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The Detroit Mercy men's basketball program is in a serious state of upheaval.

Not only did the university recently pull the plug on Bacari Alexander's coaching tenure just two years into a contract that was much longer, star guard Corey Allen is transferring.

Allen made the announcement last month to his modest Twitter following, and Detroit Mercy never passed along the decision.

There were rumblings that Allen might transfer after his freshman season, but he stayed for one more.

Allen, the first Mr. Basketball finalist to sign with Detroit Mercy since 2010, was the Horizon League freshman of the year in 2016-17, after averaging 14.4 points. He averaged 14.4 points again as a sophomore.

The point guard out of Ypsilanti High would figure to be a significant prize for another mid-major program, if not a Power Five school. There are rumblings Eastern Michigan could be a landing spot. He also planned a visit to Georgia State, where former Detroit Mercy head coach Ray McCallum Sr. is on the staff.

In two years at Detroit Mercy, Allen shot 42 percent from 3-point range.

But teamwise, things were a struggle. The Titans were 8-23 his freshman year, Alexander's first, and 8-24 this past season.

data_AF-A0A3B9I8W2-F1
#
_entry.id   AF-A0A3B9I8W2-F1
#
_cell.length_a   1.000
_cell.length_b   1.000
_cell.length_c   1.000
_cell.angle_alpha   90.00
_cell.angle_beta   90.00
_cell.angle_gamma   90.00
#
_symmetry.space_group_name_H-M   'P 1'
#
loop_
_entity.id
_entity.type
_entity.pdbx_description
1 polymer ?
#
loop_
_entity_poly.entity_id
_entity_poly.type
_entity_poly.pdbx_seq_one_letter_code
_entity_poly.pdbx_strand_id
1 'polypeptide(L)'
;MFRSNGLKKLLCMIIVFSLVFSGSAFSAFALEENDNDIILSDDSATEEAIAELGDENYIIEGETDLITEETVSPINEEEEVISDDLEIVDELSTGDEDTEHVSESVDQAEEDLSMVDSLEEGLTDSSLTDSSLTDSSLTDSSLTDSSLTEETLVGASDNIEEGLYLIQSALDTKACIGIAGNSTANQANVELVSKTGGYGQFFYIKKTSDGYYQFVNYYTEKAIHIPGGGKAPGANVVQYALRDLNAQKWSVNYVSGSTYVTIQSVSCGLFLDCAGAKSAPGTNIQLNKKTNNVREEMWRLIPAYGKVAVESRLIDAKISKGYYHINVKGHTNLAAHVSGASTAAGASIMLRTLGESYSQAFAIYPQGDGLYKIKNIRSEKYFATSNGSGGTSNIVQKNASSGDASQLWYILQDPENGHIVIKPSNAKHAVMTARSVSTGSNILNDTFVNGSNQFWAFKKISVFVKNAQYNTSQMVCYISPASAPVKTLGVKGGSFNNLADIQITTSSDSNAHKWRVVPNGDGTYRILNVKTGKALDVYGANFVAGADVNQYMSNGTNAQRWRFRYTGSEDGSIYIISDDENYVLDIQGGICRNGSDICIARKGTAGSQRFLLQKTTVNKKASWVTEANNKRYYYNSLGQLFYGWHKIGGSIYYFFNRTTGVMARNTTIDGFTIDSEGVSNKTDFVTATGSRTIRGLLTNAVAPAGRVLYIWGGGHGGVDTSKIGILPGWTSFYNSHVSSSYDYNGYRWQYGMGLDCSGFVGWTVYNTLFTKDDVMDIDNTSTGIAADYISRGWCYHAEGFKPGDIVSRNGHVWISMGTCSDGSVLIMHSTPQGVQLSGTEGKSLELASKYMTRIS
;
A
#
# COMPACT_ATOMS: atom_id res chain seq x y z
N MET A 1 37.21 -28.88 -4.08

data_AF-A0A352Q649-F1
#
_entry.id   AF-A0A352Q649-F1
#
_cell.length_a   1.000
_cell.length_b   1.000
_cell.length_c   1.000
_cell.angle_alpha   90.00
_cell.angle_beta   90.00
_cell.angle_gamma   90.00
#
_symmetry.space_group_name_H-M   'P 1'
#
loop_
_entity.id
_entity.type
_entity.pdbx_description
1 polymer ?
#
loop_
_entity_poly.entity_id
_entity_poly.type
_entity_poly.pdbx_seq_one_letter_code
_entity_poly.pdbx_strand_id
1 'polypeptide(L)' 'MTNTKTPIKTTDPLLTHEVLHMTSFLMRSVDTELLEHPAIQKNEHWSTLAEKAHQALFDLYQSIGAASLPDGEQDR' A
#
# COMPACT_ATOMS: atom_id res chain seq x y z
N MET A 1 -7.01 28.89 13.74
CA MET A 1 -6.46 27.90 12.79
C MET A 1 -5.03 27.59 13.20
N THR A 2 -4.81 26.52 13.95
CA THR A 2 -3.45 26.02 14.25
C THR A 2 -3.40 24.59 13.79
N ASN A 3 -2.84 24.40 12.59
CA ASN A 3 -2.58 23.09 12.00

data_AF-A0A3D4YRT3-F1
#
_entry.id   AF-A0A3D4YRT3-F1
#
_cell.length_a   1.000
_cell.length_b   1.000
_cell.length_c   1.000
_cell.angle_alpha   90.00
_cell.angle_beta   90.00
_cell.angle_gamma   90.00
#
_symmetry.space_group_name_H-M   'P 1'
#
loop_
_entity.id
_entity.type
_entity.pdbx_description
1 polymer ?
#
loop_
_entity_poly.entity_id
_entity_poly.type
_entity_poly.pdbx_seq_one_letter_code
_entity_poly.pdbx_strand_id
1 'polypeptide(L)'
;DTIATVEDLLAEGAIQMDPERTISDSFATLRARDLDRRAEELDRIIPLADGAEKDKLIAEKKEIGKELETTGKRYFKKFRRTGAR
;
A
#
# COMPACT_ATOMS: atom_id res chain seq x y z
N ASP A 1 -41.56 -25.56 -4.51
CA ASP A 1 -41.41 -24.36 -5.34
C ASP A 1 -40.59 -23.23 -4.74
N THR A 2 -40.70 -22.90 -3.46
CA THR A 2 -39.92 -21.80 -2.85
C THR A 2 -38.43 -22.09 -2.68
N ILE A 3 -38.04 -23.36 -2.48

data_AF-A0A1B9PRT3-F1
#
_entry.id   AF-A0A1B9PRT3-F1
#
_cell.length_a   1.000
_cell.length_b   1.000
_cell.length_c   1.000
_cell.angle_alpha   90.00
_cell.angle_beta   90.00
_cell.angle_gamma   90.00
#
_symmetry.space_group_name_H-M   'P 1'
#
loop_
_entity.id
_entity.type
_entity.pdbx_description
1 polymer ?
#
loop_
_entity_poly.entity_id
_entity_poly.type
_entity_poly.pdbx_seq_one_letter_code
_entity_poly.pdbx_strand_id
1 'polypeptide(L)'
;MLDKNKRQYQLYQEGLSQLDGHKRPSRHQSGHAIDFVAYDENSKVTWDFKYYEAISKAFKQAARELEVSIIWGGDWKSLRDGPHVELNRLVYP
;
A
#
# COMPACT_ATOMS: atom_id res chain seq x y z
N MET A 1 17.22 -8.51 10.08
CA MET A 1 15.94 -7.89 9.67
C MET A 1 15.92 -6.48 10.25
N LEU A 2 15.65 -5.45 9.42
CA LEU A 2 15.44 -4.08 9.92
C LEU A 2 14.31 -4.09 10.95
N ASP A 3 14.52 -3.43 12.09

Alexander was fired March 26.

The big question is whether Allen's departure will open the flood gates.

A lot could hinge on the next head coach; Jermaine Jackson is believed to still be the interim coach, and has long been interested in the top position. He was runner-up to Alexander two years ago, and served as interim coach during Alexander's seven-game suspension last fall.

If Jackson is passed over, the attention will turn to his son, another star guard for the Titans, Jermaine Jackson Jr. The former Macomb Dakota star averaged 10.5 points his freshman season at Detroit Mercy.

Redshirt junior Kameron Chatman, who averaged 17.8 points, will test the NBA Draft waters, but has not hired an agent.

Chatman's father, Canaan Chatman, also was on Alexander's staff, and Chatman came to Detroit Mercy because of his relationship with Alexander when Alexander was on John Beilein's staff at Michigan.

It's not clear how far along Detroit Mercy is in finding Alexander's successor.

Athletic director Robert Vowels has not answered questions on Alexander's firing or the direction the school wants to go for the next head coach. He hasn't returned multiple texts and calls from The Detroit News.

tpaul@detroitnews.com

twitter.com/tonypaul1984

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